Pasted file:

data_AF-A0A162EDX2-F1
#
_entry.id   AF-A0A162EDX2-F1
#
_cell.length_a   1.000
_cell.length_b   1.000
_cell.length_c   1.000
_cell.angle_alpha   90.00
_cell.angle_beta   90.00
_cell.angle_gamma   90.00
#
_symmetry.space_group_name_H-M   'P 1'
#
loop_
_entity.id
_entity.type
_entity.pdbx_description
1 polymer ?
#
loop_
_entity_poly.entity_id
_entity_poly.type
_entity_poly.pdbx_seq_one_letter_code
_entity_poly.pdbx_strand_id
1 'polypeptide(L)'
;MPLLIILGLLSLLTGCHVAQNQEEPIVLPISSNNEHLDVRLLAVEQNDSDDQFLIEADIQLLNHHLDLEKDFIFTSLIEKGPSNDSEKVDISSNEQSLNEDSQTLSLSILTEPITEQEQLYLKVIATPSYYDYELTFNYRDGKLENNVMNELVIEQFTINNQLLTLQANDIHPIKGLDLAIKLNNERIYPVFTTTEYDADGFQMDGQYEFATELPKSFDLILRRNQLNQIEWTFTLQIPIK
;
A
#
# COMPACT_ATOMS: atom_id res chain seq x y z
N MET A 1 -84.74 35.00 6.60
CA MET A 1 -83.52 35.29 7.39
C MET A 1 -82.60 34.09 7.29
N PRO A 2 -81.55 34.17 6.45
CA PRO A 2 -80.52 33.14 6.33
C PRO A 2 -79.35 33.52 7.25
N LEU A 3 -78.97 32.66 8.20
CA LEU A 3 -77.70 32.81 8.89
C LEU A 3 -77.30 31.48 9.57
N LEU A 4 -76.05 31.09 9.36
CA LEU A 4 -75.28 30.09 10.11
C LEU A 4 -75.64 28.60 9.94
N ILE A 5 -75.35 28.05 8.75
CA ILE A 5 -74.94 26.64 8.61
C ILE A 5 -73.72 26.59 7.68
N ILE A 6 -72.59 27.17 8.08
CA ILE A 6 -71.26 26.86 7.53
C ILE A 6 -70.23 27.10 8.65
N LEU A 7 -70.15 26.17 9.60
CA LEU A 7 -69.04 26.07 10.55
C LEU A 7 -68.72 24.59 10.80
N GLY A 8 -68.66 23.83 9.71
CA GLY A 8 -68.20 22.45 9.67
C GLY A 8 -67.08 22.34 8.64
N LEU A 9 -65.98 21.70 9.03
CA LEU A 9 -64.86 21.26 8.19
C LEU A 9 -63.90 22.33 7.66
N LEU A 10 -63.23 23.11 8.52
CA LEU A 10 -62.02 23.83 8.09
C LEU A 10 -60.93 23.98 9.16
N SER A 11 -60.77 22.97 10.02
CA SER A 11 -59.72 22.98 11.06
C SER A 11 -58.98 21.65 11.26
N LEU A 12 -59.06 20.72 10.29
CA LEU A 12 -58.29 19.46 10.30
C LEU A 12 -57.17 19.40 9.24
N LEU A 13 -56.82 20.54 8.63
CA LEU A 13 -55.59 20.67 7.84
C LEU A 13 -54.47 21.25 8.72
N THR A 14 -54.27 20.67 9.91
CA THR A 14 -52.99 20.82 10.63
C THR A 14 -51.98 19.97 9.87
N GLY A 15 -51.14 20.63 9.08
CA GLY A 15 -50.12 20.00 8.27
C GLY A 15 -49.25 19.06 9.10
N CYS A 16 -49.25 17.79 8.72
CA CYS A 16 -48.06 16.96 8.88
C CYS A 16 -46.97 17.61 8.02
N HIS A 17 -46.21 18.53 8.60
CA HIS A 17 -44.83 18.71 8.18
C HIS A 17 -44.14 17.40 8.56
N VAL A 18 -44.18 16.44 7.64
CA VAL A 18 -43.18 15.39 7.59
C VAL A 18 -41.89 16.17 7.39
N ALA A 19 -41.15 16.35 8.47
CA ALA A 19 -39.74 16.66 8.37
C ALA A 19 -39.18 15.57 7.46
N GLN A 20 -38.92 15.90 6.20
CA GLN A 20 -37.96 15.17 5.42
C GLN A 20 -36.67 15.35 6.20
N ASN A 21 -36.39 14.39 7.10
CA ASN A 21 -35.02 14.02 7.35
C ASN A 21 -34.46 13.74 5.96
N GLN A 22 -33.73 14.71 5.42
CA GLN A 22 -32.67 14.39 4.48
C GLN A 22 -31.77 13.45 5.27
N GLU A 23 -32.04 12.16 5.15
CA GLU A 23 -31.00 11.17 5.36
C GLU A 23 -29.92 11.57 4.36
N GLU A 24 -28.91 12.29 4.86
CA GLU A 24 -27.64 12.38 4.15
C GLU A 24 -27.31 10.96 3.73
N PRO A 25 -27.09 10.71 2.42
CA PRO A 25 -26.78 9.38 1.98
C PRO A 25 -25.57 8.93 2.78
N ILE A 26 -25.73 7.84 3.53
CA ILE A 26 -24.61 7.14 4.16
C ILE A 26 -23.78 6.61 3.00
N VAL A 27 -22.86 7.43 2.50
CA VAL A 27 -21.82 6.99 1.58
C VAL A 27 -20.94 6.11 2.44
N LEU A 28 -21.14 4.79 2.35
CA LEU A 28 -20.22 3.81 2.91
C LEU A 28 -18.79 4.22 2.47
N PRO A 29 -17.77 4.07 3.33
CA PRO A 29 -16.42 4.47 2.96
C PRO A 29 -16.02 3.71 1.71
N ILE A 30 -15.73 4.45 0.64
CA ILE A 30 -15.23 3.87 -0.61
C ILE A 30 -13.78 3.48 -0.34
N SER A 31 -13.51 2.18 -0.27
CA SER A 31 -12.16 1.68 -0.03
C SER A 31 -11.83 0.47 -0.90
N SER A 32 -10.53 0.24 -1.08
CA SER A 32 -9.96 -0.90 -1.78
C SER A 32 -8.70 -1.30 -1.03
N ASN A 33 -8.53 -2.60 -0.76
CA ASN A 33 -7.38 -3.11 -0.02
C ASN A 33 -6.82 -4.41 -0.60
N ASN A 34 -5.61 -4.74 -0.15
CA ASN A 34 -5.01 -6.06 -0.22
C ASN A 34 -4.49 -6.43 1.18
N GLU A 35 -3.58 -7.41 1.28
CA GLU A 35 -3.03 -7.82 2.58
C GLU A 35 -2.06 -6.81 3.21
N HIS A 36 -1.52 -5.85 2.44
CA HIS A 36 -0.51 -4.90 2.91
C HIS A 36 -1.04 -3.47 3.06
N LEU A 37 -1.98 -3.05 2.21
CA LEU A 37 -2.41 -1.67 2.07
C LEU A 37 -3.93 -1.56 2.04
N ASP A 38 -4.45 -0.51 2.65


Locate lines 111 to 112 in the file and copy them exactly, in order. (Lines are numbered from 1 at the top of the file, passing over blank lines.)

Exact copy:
C VAL A 27 -20.94 6.11 2.44
N LEU A 28 -21.14 4.79 2.35